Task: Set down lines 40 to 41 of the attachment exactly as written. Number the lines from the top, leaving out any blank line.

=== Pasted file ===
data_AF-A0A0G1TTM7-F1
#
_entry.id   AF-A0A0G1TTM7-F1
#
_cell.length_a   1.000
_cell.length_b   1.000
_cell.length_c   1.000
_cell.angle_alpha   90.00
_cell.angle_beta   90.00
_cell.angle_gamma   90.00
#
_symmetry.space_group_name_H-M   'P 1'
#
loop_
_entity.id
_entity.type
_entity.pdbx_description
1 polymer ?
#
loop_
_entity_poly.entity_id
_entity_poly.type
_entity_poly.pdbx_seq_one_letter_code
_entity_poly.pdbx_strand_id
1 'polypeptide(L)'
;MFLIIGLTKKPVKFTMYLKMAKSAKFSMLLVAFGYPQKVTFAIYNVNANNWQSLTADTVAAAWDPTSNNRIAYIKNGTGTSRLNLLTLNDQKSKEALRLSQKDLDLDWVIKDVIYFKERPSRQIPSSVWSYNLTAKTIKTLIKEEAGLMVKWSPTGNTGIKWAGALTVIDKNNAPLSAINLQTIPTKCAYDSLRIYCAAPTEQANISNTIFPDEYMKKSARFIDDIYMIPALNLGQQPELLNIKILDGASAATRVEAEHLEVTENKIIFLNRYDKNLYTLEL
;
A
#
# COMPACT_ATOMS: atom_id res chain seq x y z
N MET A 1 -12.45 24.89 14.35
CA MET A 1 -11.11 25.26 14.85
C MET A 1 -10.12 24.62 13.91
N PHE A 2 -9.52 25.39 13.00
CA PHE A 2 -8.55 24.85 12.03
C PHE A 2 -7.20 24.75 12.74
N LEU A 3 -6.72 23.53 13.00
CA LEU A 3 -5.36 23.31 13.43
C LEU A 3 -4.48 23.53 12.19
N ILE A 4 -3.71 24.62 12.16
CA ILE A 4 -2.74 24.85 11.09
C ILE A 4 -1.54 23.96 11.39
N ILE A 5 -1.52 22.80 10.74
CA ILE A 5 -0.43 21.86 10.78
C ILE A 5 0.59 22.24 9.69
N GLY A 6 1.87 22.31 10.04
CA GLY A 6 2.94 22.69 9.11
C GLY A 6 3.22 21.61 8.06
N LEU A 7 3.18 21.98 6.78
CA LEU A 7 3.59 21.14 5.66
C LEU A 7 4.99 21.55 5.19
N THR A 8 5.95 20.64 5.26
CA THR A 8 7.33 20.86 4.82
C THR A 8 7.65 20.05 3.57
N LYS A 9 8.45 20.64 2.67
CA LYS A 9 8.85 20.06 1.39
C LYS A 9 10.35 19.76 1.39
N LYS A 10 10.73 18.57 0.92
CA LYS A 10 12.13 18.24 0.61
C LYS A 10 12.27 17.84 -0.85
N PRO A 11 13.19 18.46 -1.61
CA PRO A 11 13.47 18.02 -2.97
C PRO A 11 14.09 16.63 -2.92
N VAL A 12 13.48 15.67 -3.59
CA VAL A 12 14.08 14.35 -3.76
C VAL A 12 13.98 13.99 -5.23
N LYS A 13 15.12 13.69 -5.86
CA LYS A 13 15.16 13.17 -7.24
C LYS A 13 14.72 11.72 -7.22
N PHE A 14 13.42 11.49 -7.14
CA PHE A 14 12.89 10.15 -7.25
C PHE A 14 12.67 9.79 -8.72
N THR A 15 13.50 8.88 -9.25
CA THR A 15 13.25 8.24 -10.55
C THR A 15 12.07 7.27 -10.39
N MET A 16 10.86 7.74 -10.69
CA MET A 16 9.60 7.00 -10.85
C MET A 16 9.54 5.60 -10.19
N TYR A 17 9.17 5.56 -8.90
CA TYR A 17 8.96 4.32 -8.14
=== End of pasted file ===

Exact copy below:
N ILE A 4 -3.71 24.62 12.16
CA ILE A 4 -2.74 24.85 11.09